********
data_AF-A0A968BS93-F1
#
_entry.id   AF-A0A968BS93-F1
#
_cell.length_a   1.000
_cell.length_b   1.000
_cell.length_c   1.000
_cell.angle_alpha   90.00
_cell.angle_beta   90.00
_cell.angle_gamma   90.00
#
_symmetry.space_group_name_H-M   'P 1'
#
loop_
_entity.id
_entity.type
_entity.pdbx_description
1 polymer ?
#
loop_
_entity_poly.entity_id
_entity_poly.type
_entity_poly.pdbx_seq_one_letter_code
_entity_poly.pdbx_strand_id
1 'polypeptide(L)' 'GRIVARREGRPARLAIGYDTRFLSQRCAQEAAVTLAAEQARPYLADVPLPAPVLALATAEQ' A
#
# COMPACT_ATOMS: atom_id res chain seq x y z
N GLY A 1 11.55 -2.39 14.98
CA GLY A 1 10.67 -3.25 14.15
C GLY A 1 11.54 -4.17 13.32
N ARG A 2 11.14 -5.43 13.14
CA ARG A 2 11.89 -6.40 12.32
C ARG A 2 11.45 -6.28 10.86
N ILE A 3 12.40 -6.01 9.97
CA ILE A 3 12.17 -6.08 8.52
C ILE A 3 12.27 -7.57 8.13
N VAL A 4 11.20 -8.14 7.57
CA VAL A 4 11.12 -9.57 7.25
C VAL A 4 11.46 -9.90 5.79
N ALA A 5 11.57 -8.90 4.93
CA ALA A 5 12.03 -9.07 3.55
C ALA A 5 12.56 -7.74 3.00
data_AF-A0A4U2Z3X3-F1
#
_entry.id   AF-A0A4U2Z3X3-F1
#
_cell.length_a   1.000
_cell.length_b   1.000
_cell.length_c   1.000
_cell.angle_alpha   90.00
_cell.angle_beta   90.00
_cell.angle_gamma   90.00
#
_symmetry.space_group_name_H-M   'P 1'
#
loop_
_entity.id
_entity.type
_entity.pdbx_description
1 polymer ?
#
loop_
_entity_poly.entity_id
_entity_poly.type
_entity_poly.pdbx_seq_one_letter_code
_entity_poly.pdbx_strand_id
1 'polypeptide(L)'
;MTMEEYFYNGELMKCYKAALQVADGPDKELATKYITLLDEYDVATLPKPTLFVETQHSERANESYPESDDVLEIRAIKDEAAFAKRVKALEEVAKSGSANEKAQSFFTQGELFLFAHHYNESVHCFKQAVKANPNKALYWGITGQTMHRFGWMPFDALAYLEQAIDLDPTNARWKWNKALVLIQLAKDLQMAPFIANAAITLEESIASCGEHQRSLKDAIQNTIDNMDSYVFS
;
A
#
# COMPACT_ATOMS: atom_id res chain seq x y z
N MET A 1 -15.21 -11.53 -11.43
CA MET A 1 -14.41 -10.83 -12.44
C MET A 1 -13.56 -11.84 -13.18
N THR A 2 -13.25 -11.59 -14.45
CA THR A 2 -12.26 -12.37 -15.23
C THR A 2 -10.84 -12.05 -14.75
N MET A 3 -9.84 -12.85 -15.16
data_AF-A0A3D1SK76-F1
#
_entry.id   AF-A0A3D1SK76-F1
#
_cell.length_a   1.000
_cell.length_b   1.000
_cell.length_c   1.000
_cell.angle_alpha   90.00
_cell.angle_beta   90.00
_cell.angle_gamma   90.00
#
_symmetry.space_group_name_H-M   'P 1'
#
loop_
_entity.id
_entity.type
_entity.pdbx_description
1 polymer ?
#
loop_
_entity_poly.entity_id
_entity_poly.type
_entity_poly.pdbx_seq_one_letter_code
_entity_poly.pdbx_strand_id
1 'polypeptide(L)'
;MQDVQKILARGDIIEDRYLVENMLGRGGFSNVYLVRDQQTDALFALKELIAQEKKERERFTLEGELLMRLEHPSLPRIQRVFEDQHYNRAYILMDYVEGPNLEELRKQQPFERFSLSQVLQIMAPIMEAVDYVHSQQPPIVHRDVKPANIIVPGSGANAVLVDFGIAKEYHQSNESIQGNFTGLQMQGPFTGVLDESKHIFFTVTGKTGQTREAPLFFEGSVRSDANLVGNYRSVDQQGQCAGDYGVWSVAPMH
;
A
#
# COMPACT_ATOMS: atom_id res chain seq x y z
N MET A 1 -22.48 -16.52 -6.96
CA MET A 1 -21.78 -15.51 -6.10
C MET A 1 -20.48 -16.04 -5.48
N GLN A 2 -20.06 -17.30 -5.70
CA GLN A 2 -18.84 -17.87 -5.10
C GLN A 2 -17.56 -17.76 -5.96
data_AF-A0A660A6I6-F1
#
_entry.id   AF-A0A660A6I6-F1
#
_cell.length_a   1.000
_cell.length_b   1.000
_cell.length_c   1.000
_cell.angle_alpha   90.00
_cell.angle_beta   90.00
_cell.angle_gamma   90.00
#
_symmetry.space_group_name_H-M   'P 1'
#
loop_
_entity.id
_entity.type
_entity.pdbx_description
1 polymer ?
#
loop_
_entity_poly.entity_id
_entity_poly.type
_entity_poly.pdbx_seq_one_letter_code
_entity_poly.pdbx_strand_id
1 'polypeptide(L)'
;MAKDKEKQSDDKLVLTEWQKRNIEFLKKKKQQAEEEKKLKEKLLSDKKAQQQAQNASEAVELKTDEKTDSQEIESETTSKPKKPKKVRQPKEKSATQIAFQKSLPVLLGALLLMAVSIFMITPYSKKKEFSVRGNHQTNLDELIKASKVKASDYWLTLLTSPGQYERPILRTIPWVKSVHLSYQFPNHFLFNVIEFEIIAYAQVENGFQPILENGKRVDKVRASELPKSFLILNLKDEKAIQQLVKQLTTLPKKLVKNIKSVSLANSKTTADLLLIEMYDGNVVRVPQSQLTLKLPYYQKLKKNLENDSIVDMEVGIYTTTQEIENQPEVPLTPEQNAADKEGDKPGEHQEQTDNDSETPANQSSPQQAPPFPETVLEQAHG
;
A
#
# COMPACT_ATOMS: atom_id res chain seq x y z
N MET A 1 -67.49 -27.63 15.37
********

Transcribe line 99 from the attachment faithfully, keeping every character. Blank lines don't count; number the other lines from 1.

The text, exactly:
loop_